The COVID-19 pandemic has affected direct-to-consumer (D2C) and traditional retailers in different ways, for different reasons. But it has made both online and offline shopping equally convenient and inconvenient.
Before 2020, an overly saturated retail environment turned convenience into a key differentiator. It was all about making it easier for the shopper—removing friction throughout the buying process. Think set-it-and-forget-it subscription services like Harry’s razor and Amazon’s Subscribe & Save. Convenience was primarily about easy—the number of clicks and time spent.
But once the pandemic hit in March 2020, convenience shifted from simply being easy to being well suited to needs. Well suited encompasses several things we used to take for granted:
- The product is available when we want it
- It arrives when we need it
- It comes in a safe format
- It’s produced in a safe environment
Marketers have to ensure that these new potential points of friction don’t intervene in the shopping experience.
For example, online subscriptions are now also about access, due to inventory shortages, and managing expectations, such as knowing when something will arrive, and in what condition. That likely won’t change in the foreseeable future.
Elizabeth Crawford wrote about COVID-19’s “fragmenting” impact on grocery retailing in Foodnavigator-usa.com. She shared the perspective of Fulton Fish Market CEO Mike Spindler.
“Before the pandemic, many consumers defined convenience in a way that favored in-store shopping,” due to the absence of fees, the ability to choose their own substitutes for unavailable products, and habit, Spindler said.
At the start of the pandemic, supply chain issues hurt both online and in-store shopping. But in Spindler’s view, as the pandemic continued, D2C online retailers and specialty product aggregators started doing a better job assuring inventory availability and quality. Better than traditional grocery retailers, online and off.
The making of a loyal shopper
For all retailers in this new world, cultivating loyalty is essential. A prerequisite for loyalty is ensuring convenience, making it easy while also meeting consumers’ needs. But in addition, loyalty is about trust. For us to trust the brands we shop, they must deliver on their brand promise.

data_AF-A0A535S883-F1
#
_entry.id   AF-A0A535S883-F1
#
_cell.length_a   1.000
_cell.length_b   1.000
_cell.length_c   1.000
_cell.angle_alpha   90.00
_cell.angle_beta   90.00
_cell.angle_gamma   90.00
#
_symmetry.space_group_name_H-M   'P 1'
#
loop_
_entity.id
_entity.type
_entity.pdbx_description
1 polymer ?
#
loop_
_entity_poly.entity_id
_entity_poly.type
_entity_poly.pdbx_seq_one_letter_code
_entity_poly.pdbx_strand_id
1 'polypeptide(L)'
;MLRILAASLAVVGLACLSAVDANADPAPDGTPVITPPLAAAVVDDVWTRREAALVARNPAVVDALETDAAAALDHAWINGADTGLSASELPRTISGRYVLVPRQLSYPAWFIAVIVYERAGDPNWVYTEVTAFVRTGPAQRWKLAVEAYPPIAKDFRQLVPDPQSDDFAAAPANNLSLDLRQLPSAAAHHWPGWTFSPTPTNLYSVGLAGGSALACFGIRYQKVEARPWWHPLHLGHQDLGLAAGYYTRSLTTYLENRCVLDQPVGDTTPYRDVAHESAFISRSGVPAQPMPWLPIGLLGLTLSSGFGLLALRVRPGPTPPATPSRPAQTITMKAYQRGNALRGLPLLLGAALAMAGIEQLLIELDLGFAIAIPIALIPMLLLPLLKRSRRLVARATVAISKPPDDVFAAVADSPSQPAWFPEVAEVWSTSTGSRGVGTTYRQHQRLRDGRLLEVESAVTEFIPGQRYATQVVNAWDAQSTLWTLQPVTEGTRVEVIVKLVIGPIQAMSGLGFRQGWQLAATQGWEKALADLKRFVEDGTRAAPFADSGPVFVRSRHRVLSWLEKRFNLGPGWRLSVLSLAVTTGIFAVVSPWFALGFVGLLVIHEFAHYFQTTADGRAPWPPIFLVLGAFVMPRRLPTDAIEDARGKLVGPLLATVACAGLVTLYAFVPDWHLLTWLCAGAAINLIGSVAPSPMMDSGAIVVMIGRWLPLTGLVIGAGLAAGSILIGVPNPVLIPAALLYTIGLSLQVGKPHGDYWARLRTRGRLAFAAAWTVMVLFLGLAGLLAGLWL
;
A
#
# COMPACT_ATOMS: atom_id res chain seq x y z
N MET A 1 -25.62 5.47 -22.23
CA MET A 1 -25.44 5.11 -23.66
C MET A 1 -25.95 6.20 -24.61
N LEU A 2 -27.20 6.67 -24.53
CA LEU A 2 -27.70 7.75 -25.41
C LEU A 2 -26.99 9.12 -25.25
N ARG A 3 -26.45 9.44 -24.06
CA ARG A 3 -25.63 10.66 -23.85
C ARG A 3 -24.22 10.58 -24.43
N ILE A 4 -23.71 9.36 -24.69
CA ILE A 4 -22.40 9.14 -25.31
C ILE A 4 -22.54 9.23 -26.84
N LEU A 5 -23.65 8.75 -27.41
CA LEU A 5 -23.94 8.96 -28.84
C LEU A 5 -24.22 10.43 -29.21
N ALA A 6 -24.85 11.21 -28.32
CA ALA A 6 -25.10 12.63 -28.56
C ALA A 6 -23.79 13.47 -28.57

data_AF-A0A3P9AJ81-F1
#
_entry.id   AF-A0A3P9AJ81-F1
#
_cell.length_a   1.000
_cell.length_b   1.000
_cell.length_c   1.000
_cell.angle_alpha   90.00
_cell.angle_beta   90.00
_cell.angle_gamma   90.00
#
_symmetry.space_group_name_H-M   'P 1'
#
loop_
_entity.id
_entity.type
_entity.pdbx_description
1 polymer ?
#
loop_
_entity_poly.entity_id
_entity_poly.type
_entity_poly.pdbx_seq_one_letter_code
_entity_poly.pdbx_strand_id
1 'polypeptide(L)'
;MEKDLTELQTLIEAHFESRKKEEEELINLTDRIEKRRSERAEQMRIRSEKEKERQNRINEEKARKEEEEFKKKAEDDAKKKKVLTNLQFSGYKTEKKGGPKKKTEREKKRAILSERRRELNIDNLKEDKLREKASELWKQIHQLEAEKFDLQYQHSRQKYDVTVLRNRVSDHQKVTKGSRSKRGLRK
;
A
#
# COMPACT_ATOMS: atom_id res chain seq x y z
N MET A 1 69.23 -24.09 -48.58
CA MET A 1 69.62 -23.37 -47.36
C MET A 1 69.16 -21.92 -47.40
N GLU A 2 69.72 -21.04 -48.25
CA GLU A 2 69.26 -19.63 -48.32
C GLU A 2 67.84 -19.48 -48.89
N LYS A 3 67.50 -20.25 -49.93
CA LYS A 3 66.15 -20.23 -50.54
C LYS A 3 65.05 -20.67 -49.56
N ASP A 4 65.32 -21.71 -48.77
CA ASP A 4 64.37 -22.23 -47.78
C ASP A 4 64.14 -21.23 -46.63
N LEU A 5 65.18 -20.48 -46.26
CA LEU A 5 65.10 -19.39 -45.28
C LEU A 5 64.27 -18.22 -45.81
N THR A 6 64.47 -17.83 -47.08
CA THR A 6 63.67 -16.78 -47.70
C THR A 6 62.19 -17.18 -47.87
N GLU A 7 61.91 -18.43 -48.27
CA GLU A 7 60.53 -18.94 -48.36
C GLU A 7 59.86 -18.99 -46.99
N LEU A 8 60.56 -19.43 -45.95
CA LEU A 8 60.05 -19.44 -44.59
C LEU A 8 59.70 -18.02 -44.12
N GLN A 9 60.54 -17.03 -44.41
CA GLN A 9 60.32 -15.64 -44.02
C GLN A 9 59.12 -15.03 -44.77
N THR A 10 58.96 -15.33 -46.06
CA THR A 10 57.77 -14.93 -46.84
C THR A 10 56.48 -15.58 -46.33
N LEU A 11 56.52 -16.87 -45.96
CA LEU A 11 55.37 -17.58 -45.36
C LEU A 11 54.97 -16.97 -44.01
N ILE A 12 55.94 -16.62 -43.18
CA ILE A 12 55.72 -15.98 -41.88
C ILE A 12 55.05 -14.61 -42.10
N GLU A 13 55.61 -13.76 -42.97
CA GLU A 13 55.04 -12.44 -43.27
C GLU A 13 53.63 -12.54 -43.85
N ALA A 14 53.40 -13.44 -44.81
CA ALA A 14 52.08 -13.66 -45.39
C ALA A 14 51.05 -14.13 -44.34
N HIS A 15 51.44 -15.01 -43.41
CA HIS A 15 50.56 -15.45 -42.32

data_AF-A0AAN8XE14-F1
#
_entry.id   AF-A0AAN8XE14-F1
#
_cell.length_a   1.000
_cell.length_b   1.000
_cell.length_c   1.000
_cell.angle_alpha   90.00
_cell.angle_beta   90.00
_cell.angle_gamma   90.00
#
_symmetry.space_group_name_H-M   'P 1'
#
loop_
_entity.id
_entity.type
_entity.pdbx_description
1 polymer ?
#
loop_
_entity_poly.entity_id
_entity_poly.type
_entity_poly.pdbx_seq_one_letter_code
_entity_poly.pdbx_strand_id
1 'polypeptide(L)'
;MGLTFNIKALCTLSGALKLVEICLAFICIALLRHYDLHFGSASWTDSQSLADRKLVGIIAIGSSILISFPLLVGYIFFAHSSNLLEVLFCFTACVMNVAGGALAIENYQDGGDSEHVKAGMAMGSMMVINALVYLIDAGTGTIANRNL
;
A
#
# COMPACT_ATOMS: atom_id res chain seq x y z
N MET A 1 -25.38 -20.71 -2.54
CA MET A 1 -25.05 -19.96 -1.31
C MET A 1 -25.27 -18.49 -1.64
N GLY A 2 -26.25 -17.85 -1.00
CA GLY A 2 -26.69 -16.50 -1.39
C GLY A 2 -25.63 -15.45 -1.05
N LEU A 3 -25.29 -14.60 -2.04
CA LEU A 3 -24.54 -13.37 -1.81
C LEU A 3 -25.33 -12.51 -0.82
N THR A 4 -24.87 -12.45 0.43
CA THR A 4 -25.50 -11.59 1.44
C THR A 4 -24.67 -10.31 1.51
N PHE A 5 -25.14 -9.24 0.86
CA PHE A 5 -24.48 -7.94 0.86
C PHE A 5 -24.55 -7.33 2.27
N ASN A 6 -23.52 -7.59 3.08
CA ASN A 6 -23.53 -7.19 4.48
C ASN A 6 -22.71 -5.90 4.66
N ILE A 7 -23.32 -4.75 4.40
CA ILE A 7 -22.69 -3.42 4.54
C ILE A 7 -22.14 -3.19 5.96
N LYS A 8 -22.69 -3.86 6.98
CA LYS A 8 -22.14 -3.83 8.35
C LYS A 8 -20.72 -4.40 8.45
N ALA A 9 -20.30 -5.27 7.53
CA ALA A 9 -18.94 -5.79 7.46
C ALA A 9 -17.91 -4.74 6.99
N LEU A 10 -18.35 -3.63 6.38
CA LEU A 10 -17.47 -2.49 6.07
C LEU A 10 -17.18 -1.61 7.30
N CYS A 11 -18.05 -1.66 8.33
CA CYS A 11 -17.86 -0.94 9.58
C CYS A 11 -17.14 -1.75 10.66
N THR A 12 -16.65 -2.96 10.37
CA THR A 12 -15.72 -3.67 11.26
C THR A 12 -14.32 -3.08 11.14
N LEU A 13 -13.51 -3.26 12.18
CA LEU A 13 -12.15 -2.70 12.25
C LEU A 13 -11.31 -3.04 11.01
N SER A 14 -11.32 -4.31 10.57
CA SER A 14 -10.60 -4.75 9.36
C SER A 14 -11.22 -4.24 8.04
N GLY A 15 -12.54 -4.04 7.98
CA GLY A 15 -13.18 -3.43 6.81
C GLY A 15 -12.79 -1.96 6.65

Trust has two pillars:
- Familiarity. Any relationship requires being familiar with someone or something. It’s a two-way engagement, with each party being aware and understanding the other.
- Reliability. Brands must deliver something we can depend on, consistency over time.
Someone can trust a brand, but they won’t be loyal to that brand if it isn’t convenient. And, convenience without familiarity and reliability won’t create loyalty.
John Keenan, a founder of the insurance company Anthem and now Senior Vice President of Marketing Analytics at Quad, noted that loyalty has always been a difficult-to-pin-down concept, partly because it’s emotional. In this COVID-dominated retail environment, shoppers have been, and likely will continue to focus on familiar brands.
“We simply have less interest in trying new things,” he said.
The pandemic’s impact on shopper loyalty is one of the five themes McKinsey noted in its July 2020 insights:
- Shift to value and essentials
- Flight to digital and omnichannel
- Shock to loyalty
- Health and “caring” economy
- Homebody economy
In this new environment marketing has to change. According to Keenan, marketers need to be more empathetic. “We don’t know where peoples’’ minds are. Brands must find ways to assure (consumers) they can continue to be trusted.”
Each time shoppers or prospects interact with a brand touchpoint—whether it’s an ad, an email, a call with customer service, unboxing the product, or a post on Instagram—it creates a shared experience. These shared experiences are the foundation of familiarity.
In a recent Retail Dive article “DTC brands struggled with profitability prior to COVID-19. Now what?” associate editor Caroline Jansen quoted both numbers and experts that indicated while online DTC sales have increased during the pandemic, most of those purchasers weren’t converting to lifelong customers.
“A lot of the customers they acquire are going to make one purchase and then not come back. So you don’t really make money on those customers,” Wedbush analyst Seth Basham and Michael Felice, principal in consumer practice at Kearney, who both suggested that “customer loyalty is driven by the overall shopping experience rather than heavy promotions.”
So, during COVID-19, brands that consumers are familiar with and trust are going to win. Brands that have invested in creating awareness and creating shared experiences are more likely to be familiar to people, and to be trusted.
In the current environment, historical, first-party data retailers have collected on shoppers—when they buy, how much they spend, frequency, etc.—can’t be relied on blindly. Shopping behavior has clearly changed. That’s why familiarity is so important. It can become a key building block of trust. Just knowing someone has tried a product or service before makes them a better prospect.
- Subscription services are no longer only about saving money and being easy (set it, forget it) – they are about access, familiarity and reliability.
- Convenience now extends beyond saving time and money; for something to be convenient, the entire experience must be frictionless and worry-free.
- The playing field has been leveled between both offline physical stores and online shopping
- Many D2C brands that relied on drop shipping from manufacturing locations ran into inventory and distribution problems and added friction to the online shopping experience
- Customer experience has a stronger impact on shopper loyalty than relaying on heavy promotions.